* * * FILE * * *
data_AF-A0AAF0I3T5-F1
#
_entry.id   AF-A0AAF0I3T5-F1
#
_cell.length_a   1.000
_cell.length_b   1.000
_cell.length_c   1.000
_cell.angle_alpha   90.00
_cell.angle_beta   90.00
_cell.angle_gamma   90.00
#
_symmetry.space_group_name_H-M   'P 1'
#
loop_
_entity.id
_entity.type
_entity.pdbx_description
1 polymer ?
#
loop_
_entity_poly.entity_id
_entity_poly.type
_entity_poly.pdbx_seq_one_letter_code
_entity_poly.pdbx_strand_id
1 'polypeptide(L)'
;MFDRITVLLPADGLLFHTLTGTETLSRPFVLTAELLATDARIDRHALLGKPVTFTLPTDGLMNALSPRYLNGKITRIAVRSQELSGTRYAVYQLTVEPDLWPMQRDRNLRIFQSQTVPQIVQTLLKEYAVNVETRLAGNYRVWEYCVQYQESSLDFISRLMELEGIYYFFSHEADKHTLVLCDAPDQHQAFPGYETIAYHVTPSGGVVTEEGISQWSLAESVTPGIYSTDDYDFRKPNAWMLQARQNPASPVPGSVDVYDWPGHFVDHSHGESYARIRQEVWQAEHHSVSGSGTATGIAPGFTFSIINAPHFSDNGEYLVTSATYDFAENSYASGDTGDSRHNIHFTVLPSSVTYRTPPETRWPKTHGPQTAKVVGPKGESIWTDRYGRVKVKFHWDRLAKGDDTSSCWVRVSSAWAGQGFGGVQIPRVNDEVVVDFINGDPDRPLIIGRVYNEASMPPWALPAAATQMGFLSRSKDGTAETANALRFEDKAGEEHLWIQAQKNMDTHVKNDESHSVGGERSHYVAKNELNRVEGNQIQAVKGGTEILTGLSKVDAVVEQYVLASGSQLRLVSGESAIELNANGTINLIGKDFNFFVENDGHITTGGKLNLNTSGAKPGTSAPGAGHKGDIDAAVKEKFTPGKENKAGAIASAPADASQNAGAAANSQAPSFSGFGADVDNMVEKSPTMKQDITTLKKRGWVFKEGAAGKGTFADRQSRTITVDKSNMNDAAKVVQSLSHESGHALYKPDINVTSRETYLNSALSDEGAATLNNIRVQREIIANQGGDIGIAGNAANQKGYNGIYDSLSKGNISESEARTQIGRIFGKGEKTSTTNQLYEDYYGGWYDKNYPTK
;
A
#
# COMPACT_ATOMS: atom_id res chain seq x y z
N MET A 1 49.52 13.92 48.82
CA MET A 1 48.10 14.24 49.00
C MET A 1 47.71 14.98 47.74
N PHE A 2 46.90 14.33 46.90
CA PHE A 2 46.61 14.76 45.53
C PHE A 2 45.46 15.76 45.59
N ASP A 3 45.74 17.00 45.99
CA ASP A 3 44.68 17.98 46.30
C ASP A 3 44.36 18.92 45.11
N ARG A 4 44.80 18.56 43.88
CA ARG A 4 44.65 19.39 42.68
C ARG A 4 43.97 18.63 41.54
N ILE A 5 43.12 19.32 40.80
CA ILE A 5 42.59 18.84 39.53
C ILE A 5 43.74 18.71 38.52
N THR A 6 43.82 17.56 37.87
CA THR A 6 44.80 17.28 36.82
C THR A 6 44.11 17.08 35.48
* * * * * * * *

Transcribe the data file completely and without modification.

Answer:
data_AF-A0AAF0I3T5-F1
#
_entry.id   AF-A0AAF0I3T5-F1
#
_cell.length_a   1.000
_cell.length_b   1.000
_cell.length_c   1.000
_cell.angle_alpha   90.00
_cell.angle_beta   90.00
_cell.angle_gamma   90.00
#
_symmetry.space_group_name_H-M   'P 1'
#
loop_
_entity.id
_entity.type
_entity.pdbx_description
1 polymer ?
#
loop_
_entity_poly.entity_id
_entity_poly.type
_entity_poly.pdbx_seq_one_letter_code
_entity_poly.pdbx_strand_id
1 'polypeptide(L)'
;MFDRITVLLPADGLLFHTLTGTETLSRPFVLTAELLATDARIDRHALLGKPVTFTLPTDGLMNALSPRYLNGKITRIAVRSQELSGTRYAVYQLTVEPDLWPMQRDRNLRIFQSQTVPQIVQTLLKEYAVNVETRLAGNYRVWEYCVQYQESSLDFISRLMELEGIYYFFSHEADKHTLVLCDAPDQHQAFPGYETIAYHVTPSGGVVTEEGISQWSLAESVTPGIYSTDDYDFRKPNAWMLQARQNPASPVPGSVDVYDWPGHFVDHSHGESYARIRQEVWQAEHHSVSGSGTATGIAPGFTFSIINAPHFSDNGEYLVTSATYDFAENSYASGDTGDSRHNIHFTVLPSSVTYRTPPETRWPKTHGPQTAKVVGPKGESIWTDRYGRVKVKFHWDRLAKGDDTSSCWVRVSSAWAGQGFGGVQIPRVNDEVVVDFINGDPDRPLIIGRVYNEASMPPWALPAAATQMGFLSRSKDGTAETANALRFEDKAGEEHLWIQAQKNMDTHVKNDESHSVGGERSHYVAKNELNRVEGNQIQAVKGGTEILTGLSKVDAVVEQYVLASGSQLRLVSGESAIELNANGTINLIGKDFNFFVENDGHITTGGKLNLNTSGAKPGTSAPGAGHKGDIDAAVKEKFTPGKENKAGAIASAPADASQNAGAAANSQAPSFSGFGADVDNMVEKSPTMKQDITTLKKRGWVFKEGAAGKGTFADRQSRTITVDKSNMNDAAKVVQSLSHESGHALYKPDINVTSRETYLNSALSDEGAATLNNIRVQREIIANQGGDIGIAGNAANQKGYNGIYDSLSKGNISESEARTQIGRIFGKGEKTSTTNQLYEDYYGGWYDKNYPTK
;
A
#
# COMPACT_ATOMS: atom_id res chain seq x y z
N MET A 1 49.52 13.92 48.82
CA MET A 1 48.10 14.24 49.00
C MET A 1 47.71 14.98 47.74
N PHE A 2 46.90 14.33 46.90
CA PHE A 2 46.61 14.76 45.53
C PHE A 2 45.46 15.76 45.59
N ASP A 3 45.74 17.00 45.99
CA ASP A 3 44.68 17.98 46.30
C ASP A 3 44.36 18.92 45.11
N ARG A 4 44.80 18.56 43.88
CA ARG A 4 44.65 19.39 42.68
C ARG A 4 43.97 18.63 41.54
N ILE A 5 43.12 19.32 40.80
CA ILE A 5 42.59 18.84 39.53
C ILE A 5 43.74 18.71 38.52
N THR A 6 43.82 17.56 37.87
CA THR A 6 44.80 17.28 36.82
C THR A 6 44.11 17.08 35.48